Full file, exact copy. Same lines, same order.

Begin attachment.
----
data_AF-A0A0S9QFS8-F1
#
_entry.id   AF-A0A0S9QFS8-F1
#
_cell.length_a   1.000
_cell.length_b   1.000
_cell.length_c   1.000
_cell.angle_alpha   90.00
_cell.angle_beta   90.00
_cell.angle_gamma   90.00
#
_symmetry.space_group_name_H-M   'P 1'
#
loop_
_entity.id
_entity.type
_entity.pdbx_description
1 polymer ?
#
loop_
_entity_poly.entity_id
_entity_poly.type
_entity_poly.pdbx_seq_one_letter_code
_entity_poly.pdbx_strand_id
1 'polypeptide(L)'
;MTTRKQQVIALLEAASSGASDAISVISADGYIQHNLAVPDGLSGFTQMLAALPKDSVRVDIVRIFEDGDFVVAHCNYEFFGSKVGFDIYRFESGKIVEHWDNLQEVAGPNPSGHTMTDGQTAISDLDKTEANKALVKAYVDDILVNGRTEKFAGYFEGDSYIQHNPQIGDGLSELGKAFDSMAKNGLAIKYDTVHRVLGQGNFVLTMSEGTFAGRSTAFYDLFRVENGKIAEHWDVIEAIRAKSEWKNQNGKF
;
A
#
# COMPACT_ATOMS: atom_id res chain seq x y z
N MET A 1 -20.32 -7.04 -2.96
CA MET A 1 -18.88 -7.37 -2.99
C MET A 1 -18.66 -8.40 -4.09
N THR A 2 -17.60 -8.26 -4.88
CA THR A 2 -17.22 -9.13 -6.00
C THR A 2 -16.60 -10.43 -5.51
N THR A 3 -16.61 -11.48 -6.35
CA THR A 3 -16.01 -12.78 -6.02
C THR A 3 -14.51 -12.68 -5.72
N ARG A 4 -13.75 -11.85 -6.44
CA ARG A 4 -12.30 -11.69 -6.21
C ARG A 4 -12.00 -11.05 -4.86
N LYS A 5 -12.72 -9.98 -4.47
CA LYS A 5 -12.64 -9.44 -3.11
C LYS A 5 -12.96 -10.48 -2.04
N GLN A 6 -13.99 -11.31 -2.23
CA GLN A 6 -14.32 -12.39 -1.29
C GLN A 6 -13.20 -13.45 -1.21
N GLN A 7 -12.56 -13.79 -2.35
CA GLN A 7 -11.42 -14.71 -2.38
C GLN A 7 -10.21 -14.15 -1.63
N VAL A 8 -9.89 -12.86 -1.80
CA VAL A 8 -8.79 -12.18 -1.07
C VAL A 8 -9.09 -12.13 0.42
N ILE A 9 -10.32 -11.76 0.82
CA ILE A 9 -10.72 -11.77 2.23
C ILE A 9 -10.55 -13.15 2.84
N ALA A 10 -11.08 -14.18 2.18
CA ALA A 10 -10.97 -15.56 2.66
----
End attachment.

data_AF-A0A0S9QFS8-F1
#
_entry.id   AF-A0A0S9QFS8-F1
#
_cell.length_a   1.000
_cell.length_b   1.000
_cell.length_c   1.000
_cell.angle_alpha   90.00
_cell.angle_beta   90.00
_cell.angle_gamma   90.00
#
_symmetry.space_group_name_H-M   'P 1'
#
loop_
_entity.id
_entity.type
_entity.pdbx_description
1 polymer ?
#
loop_
_entity_poly.entity_id
_entity_poly.type
_entity_poly.pdbx_seq_one_letter_code
_entity_poly.pdbx_strand_id
1 'polypeptide(L)'
;MTTRKQQVIALLEAASSGASDAISVISADGYIQHNLAVPDGLSGFTQMLAALPKDSVRVDIVRIFEDGDFVVAHCNYEFFGSKVGFDIYRFESGKIVEHWDNLQEVAGPNPSGHTMTDGQTAISDLDKTEANKALVKAYVDDILVNGRTEKFAGYFEGDSYIQHNPQIGDGLSELGKAFDSMAKNGLAIKYDTVHRVLGQGNFVLTMSEGTFAGRSTAFYDLFRVENGKIAEHWDVIEAIRAKSEWKNQNGKF
;
A
#
# COMPACT_ATOMS: atom_id res chain seq x y z
N MET A 1 -20.32 -7.04 -2.96
CA MET A 1 -18.88 -7.37 -2.99
C MET A 1 -18.66 -8.40 -4.09
N THR A 2 -17.60 -8.26 -4.88
CA THR A 2 -17.22 -9.13 -6.00
C THR A 2 -16.60 -10.43 -5.51
N THR A 3 -16.61 -11.48 -6.35
CA THR A 3 -16.01 -12.78 -6.02
C THR A 3 -14.51 -12.68 -5.72
N ARG A 4 -13.75 -11.85 -6.44
CA ARG A 4 -12.30 -11.69 -6.21
C ARG A 4 -12.00 -11.05 -4.86
N LYS A 5 -12.72 -9.98 -4.47
CA LYS A 5 -12.64 -9.44 -3.11
C LYS A 5 -12.96 -10.48 -2.04
N GLN A 6 -13.99 -11.31 -2.23
CA GLN A 6 -14.32 -12.39 -1.29
C GLN A 6 -13.20 -13.45 -1.21
N GLN A 7 -12.56 -13.79 -2.35
CA GLN A 7 -11.42 -14.71 -2.38
C GLN A 7 -10.21 -14.15 -1.63
N VAL A 8 -9.89 -12.86 -1.80
CA VAL A 8 -8.79 -12.18 -1.07
C VAL A 8 -9.09 -12.13 0.42
N ILE A 9 -10.32 -11.76 0.82
CA ILE A 9 -10.72 -11.77 2.23
C ILE A 9 -10.55 -13.15 2.84
N ALA A 10 -11.08 -14.18 2.18
CA ALA A 10 -10.97 -15.56 2.66